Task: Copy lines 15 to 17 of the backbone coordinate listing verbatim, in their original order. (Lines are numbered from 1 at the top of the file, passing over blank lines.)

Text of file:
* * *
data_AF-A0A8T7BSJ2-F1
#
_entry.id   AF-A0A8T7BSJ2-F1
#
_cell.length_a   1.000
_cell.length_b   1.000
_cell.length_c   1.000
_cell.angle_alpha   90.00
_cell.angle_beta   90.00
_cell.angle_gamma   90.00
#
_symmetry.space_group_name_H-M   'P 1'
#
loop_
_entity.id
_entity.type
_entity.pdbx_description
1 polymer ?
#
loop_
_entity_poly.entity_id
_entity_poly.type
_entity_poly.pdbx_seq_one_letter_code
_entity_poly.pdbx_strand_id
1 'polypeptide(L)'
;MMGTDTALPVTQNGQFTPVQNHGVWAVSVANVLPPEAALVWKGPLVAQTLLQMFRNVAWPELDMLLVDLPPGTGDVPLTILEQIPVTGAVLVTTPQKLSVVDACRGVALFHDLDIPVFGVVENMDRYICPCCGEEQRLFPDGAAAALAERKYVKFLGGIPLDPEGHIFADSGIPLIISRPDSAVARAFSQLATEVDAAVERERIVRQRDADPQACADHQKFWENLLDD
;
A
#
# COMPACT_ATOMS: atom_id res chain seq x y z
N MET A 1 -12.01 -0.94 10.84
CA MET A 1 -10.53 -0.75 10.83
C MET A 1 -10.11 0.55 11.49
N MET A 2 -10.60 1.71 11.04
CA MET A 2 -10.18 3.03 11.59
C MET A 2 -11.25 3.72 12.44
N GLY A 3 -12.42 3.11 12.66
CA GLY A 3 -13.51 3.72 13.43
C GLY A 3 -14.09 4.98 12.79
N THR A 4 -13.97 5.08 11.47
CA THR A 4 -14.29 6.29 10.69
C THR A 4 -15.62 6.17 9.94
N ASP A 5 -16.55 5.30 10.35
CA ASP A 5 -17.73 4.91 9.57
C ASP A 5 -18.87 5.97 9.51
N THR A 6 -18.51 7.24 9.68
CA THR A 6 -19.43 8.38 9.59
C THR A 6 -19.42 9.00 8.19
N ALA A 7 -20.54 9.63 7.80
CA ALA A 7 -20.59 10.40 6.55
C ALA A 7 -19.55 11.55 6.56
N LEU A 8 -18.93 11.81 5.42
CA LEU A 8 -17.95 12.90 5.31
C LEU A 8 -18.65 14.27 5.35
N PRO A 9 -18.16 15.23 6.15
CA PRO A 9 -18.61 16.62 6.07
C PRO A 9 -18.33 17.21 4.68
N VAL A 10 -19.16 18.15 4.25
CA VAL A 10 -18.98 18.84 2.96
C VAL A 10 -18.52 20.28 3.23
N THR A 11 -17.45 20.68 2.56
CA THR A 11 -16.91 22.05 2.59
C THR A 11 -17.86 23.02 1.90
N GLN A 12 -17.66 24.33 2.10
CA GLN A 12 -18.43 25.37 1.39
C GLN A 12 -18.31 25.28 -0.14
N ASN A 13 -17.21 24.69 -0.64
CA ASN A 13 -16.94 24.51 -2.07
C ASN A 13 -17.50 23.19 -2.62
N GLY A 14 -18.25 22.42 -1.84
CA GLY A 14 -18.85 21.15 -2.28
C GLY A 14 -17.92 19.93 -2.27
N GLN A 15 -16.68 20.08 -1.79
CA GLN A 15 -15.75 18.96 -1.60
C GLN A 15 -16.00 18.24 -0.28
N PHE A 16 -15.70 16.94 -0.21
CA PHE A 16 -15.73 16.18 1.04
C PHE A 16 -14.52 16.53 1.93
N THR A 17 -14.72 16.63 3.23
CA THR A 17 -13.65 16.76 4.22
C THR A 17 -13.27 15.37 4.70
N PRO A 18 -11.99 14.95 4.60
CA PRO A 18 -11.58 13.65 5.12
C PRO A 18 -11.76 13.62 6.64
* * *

_entity.id
_entity.type
_entity.pdbx_description